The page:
Highlights from Toronto Arts & Fashion Week, 2012
As Arts & Fashion Week came to a close on Saturday with its all-day shopping experience of the show's best collections, there was a mix of feelings in the air, including accomplishment over FAT's 2012's success, as well as ambition (and anxiety) for the year to come. The 7th annual alternative arts and fashion week ran from April 24th to 28th, with the main events held at 213 Sterling Road, and an offsite exhibition and market at the Drake Lab. Although the event drew on current trends, FAT's focus is on the philosophy that fashion is deeply rooted in culture and identity, resulting in an event that was unique, expressive, and interactive.
This year, 200 local and international designers, artists, and performers built their work around the theme fashionSCAPES, which echoed the concept of landscape as vast, seasonal, and constantly changing. Each day zeroed in on one of four sub-themes: land, city, body, and future.
Opening the event with LANDscapes, artists and designers were to reflect on land based on its geography, texture, elements, boundaries, people, and places. Of course, the first performance entitled Cosmetic Green by Karey Shinn set the atmosphere for the rest of the show, featuring dancing models dressed in ridiculous fuzzy outfits as well as practical outdoorsy gear.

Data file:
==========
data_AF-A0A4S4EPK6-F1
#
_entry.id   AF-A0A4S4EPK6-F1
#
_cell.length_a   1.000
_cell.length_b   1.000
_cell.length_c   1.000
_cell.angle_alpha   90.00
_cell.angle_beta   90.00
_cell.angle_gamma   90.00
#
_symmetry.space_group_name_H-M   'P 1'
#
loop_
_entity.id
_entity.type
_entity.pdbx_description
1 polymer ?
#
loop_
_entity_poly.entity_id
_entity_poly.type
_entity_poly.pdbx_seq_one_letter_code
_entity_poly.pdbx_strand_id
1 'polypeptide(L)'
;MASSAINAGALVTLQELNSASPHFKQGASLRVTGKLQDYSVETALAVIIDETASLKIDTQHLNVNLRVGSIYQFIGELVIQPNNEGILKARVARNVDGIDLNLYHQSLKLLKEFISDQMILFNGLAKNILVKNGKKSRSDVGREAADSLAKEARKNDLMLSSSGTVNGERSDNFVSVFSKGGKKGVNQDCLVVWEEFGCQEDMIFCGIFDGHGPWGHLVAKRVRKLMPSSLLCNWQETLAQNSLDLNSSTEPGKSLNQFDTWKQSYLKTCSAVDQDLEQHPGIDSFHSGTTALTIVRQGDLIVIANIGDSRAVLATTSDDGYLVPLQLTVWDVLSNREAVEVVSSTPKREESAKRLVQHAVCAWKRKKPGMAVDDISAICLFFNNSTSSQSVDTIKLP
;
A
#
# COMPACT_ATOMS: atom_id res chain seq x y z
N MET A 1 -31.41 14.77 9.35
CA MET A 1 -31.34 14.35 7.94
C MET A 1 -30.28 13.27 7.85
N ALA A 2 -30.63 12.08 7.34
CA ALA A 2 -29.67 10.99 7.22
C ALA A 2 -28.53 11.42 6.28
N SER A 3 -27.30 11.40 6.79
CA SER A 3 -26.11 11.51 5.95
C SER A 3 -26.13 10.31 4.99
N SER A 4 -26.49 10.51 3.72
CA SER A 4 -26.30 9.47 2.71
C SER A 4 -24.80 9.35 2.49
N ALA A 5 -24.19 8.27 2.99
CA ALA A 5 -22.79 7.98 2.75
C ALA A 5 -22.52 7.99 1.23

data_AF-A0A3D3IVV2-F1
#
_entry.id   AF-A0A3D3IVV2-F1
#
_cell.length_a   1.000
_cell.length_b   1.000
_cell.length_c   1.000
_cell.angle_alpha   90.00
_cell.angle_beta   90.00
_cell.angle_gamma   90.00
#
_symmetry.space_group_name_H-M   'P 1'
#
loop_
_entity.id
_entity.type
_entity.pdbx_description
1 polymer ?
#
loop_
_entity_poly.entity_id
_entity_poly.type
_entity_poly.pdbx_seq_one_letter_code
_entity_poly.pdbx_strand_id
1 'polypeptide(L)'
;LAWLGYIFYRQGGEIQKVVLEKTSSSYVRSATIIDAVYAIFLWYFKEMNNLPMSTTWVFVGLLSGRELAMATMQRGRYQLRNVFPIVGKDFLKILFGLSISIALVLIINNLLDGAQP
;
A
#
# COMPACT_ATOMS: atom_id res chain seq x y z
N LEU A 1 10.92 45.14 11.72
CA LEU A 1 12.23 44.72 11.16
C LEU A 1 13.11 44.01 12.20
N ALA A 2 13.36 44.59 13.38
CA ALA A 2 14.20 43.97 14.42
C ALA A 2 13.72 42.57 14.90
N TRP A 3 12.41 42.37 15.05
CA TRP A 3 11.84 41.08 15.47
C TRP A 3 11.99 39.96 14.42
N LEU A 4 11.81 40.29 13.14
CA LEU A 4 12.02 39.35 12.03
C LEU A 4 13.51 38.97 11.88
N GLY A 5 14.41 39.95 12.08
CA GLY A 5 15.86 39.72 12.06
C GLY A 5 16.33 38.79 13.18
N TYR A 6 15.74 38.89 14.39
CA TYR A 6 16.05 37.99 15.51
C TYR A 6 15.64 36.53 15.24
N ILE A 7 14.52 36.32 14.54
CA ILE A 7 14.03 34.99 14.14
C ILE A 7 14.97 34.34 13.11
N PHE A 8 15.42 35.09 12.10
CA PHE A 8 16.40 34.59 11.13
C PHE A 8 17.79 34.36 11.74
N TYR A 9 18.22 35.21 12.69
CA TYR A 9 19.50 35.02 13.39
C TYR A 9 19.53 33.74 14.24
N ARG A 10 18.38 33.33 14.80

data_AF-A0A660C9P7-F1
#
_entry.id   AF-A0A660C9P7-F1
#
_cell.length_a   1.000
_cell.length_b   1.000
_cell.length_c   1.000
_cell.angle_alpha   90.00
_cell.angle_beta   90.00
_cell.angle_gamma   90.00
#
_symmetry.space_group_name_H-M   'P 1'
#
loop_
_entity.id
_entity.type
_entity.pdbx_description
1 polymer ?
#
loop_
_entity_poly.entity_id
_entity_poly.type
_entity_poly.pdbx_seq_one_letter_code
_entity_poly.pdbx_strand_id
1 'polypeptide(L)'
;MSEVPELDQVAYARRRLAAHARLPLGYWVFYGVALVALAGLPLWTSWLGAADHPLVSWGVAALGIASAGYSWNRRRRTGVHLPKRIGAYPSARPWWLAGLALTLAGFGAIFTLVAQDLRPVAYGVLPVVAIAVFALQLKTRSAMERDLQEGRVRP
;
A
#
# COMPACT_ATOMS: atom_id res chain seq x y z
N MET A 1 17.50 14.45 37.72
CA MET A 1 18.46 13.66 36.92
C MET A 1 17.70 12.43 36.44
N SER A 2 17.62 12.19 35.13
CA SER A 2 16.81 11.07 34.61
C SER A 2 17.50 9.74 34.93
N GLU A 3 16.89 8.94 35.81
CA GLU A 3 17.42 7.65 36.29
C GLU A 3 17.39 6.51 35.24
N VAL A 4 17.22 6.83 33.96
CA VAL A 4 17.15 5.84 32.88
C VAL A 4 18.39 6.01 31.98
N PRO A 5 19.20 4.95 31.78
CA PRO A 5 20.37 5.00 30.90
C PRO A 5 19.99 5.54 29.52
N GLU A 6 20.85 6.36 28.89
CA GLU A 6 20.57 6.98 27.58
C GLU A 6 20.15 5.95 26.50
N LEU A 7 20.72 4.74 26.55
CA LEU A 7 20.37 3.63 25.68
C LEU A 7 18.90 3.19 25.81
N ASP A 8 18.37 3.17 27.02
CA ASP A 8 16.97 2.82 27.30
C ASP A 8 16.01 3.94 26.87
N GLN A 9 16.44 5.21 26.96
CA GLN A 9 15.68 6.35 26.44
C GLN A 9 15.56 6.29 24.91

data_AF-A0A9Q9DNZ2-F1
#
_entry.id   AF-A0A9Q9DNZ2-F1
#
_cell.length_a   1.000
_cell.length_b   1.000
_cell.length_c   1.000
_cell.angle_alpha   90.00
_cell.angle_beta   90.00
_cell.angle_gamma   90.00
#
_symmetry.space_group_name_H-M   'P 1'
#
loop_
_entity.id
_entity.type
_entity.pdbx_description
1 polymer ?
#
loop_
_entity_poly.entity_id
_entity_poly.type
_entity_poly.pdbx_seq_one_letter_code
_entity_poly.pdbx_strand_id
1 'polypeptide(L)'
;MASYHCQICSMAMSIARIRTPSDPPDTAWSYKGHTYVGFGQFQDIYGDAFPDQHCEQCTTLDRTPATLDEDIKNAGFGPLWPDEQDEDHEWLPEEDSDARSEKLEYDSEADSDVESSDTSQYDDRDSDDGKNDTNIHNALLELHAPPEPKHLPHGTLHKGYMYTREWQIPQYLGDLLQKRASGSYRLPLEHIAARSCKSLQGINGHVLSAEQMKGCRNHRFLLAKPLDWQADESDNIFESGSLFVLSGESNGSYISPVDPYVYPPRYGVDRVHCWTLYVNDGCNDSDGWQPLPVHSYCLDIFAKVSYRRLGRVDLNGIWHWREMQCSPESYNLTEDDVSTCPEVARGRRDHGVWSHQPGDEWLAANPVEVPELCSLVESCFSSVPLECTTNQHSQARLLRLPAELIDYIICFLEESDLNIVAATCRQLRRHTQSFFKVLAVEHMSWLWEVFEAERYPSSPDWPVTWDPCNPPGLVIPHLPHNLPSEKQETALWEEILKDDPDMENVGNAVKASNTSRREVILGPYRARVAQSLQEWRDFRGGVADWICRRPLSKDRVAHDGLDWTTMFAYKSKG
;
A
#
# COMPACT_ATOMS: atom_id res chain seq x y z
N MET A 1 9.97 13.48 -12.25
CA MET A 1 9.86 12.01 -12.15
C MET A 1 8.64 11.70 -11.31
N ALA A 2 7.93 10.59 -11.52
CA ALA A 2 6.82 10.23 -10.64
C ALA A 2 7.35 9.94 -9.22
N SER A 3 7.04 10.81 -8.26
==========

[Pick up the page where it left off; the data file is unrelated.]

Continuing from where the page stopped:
The subsequent runway collections--including notable designers such as Toronto's own Mitra Ghavamian, Armour by Seema, and Chicedge Fashion Studio--involved neutral earth tones, an eclectic mix of textures, and pieces inspired by ethnic dress. Mackenzie Jones even finished it off with a rather large dead wolf scarf-of-sorts and a bridal-esque gown complete with giant antler shoulder pieces.
Day 2 of FAT was reminiscent of fast-paced city life, drawing on aspects such as architecture, technology, and consumerism. With that being said, runway garments were heavily structured, meticulously detailed, clean-cut, and for the most part dark and dreary.
BODYscapes, the third sub-theme of FAT, explored the human form in terms of identity, sexuality, and gender. In many of the runway shows--such as House of Etiquette, Cinched Tight Corsets, and Pope Joans--the female figure was accentuated with the use of corsetry, body-hugging silhouettes, and revealing cuts.
The final day of FAT's main events surrounded the theme FUTUREscapes--one that was vastly imaginative, embraced technology, and was so innovative it was at times difficult to comprehend. Each show was so distinctive it's almost impossible to generalize all of them with every designer seeming to have a different take on what the future holds for fashion.
Haphazard presented creepy Carnival-like nightmare garments involving gas masks and 4-foot headpieces, Von Bardonitz made religion chic with the use of pope hats and crosses, and GardĂŠ Del Avante mirrored Avatar (without the blue skin) through the use of tribal jewellery and swimwear.
FUTUREscapes was the perfect way to end Arts & Fashion Week; it was both a summary of where the world of art and fashion is today and a benchmark for where it's headed.
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